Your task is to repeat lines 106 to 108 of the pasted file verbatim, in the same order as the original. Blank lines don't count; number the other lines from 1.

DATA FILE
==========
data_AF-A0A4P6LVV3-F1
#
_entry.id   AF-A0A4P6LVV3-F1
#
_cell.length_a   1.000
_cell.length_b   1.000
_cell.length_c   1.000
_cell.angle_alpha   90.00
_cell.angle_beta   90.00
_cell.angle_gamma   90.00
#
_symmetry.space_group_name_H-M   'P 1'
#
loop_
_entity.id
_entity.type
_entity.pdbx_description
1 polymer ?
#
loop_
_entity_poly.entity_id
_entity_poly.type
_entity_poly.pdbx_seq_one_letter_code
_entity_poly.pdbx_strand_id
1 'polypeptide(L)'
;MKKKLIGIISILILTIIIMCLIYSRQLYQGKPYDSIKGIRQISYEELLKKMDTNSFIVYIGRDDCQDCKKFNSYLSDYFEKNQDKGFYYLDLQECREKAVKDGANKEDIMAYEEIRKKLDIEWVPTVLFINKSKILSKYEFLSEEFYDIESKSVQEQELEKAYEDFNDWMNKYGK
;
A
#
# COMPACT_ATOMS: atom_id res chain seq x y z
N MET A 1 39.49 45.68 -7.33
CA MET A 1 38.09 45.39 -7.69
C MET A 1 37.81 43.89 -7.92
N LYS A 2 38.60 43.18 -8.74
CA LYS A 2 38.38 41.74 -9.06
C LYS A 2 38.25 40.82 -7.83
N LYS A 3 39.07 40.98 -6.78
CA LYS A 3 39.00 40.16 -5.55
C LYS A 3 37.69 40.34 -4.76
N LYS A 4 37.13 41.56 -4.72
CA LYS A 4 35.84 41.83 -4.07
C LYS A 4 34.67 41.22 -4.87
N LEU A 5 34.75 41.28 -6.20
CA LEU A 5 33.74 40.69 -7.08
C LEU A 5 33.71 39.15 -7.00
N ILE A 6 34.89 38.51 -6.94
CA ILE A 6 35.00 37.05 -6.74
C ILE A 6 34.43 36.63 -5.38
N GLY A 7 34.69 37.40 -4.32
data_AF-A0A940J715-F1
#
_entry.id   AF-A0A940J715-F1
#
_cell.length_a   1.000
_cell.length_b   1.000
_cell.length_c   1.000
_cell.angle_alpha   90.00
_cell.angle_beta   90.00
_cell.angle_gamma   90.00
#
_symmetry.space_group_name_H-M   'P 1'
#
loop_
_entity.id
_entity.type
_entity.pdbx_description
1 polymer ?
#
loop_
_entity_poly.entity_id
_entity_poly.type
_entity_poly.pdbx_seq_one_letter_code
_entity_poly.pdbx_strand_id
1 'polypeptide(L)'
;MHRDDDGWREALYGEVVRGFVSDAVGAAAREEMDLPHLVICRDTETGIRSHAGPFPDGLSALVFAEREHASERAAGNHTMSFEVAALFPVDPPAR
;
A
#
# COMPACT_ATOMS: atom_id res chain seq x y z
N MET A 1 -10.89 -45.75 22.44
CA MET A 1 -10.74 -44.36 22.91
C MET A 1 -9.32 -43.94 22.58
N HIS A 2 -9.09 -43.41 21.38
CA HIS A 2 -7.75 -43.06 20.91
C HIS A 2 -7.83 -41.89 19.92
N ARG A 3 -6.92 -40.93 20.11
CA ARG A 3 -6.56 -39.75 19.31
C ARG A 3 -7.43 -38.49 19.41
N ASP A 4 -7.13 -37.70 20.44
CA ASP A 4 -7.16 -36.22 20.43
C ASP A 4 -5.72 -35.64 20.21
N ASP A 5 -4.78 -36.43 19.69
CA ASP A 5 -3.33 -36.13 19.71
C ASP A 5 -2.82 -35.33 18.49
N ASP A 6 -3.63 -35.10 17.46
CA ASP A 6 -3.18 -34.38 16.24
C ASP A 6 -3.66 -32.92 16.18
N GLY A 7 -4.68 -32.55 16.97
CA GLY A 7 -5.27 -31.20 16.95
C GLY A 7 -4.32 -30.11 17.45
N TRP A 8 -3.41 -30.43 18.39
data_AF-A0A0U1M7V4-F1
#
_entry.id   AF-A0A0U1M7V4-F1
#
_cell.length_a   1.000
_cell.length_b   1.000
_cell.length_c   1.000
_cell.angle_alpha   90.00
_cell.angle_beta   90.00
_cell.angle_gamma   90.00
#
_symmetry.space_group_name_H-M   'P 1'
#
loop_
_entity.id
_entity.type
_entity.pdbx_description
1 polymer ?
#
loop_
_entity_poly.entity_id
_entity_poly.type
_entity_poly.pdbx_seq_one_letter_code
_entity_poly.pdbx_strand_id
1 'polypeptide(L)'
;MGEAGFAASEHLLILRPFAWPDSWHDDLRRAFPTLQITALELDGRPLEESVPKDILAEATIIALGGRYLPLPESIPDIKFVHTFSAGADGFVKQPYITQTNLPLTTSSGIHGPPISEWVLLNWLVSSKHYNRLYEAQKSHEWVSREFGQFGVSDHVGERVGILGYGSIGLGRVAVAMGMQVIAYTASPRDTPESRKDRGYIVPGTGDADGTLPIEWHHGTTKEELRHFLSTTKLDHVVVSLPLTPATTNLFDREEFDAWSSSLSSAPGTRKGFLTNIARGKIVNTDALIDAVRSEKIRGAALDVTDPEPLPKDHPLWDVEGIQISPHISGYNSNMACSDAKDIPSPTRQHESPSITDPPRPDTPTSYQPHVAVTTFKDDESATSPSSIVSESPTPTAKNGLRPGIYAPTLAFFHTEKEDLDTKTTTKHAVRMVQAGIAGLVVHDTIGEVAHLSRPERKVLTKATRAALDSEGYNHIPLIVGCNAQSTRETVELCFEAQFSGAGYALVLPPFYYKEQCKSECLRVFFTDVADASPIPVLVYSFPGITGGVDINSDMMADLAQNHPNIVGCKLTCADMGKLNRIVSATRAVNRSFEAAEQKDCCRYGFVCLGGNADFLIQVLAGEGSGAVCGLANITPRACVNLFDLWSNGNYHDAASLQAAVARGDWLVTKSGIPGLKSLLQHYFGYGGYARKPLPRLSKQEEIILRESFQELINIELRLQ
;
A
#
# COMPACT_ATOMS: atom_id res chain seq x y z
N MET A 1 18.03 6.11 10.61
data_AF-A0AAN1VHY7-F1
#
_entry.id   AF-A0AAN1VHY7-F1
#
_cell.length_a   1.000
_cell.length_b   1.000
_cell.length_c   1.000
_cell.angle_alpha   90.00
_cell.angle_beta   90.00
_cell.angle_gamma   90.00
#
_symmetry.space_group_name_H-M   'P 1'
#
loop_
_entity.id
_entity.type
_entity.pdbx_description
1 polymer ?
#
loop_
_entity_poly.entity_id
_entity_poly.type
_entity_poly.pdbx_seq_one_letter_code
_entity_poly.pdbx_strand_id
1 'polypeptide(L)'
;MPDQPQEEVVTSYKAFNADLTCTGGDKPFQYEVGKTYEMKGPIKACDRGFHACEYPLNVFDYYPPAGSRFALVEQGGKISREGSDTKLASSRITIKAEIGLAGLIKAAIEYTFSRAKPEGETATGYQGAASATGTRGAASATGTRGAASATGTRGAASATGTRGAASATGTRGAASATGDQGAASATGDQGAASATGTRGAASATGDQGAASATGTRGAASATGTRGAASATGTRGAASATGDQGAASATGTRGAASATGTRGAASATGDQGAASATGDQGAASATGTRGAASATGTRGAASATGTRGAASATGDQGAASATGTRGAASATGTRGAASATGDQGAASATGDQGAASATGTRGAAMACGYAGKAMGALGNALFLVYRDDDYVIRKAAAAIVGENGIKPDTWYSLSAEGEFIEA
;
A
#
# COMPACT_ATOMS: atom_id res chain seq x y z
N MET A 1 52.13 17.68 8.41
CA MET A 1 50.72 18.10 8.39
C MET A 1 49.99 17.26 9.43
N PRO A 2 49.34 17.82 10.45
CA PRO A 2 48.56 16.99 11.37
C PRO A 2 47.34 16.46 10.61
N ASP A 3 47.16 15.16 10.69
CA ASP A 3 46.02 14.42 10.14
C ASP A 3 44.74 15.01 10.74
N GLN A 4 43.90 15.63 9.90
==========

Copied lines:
_cell.length_a   1.000
_cell.length_b   1.000
_cell.length_c   1.000